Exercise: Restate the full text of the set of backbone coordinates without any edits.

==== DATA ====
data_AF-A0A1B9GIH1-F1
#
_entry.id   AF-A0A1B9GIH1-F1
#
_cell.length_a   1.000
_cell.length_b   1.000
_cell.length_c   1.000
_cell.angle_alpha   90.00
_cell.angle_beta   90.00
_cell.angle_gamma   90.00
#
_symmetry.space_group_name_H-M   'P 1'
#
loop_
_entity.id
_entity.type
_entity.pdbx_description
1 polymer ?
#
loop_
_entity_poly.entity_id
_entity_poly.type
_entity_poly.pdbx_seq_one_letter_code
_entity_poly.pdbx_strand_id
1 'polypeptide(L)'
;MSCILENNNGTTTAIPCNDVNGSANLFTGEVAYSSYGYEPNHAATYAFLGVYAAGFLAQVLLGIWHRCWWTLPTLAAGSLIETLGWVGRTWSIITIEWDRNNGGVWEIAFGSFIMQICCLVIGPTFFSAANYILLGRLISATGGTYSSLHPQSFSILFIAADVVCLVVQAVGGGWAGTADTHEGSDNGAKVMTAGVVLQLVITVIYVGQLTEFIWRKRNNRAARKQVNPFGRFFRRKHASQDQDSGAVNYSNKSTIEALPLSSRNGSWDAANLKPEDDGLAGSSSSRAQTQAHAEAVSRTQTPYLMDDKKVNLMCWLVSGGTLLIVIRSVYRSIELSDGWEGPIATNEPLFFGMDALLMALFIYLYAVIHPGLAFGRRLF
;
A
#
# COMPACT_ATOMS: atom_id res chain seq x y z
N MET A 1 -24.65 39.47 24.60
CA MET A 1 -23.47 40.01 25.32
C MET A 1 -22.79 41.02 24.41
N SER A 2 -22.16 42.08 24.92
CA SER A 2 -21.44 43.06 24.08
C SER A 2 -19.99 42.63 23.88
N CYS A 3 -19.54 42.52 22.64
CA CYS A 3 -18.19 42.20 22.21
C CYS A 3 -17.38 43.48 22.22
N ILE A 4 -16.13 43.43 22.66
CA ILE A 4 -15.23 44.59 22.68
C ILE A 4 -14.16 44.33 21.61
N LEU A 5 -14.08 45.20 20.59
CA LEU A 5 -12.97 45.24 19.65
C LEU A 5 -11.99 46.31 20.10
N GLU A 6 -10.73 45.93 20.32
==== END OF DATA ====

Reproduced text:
data_AF-A0A1B9GIH1-F1
#
_entry.id   AF-A0A1B9GIH1-F1
#
_cell.length_a   1.000
_cell.length_b   1.000
_cell.length_c   1.000
_cell.angle_alpha   90.00
_cell.angle_beta   90.00
_cell.angle_gamma   90.00
#
_symmetry.space_group_name_H-M   'P 1'
#
loop_
_entity.id
_entity.type
_entity.pdbx_description
1 polymer ?
#
loop_
_entity_poly.entity_id
_entity_poly.type
_entity_poly.pdbx_seq_one_letter_code
_entity_poly.pdbx_strand_id
1 'polypeptide(L)'
;MSCILENNNGTTTAIPCNDVNGSANLFTGEVAYSSYGYEPNHAATYAFLGVYAAGFLAQVLLGIWHRCWWTLPTLAAGSLIETLGWVGRTWSIITIEWDRNNGGVWEIAFGSFIMQICCLVIGPTFFSAANYILLGRLISATGGTYSSLHPQSFSILFIAADVVCLVVQAVGGGWAGTADTHEGSDNGAKVMTAGVVLQLVITVIYVGQLTEFIWRKRNNRAARKQVNPFGRFFRRKHASQDQDSGAVNYSNKSTIEALPLSSRNGSWDAANLKPEDDGLAGSSSSRAQTQAHAEAVSRTQTPYLMDDKKVNLMCWLVSGGTLLIVIRSVYRSIELSDGWEGPIATNEPLFFGMDALLMALFIYLYAVIHPGLAFGRRLF
;
A
#
# COMPACT_ATOMS: atom_id res chain seq x y z
N MET A 1 -24.65 39.47 24.60
CA MET A 1 -23.47 40.01 25.32
C MET A 1 -22.79 41.02 24.41
N SER A 2 -22.16 42.08 24.92
CA SER A 2 -21.44 43.06 24.08
C SER A 2 -19.99 42.63 23.88
N CYS A 3 -19.54 42.52 22.64
CA CYS A 3 -18.19 42.20 22.21
C CYS A 3 -17.38 43.48 22.22
N ILE A 4 -16.13 43.43 22.66
CA ILE A 4 -15.23 44.59 22.68
C ILE A 4 -14.16 44.33 21.61
N LEU A 5 -14.08 45.20 20.59
CA LEU A 5 -12.97 45.24 19.65
C LEU A 5 -11.99 46.31 20.10
N GLU A 6 -10.73 45.93 20.32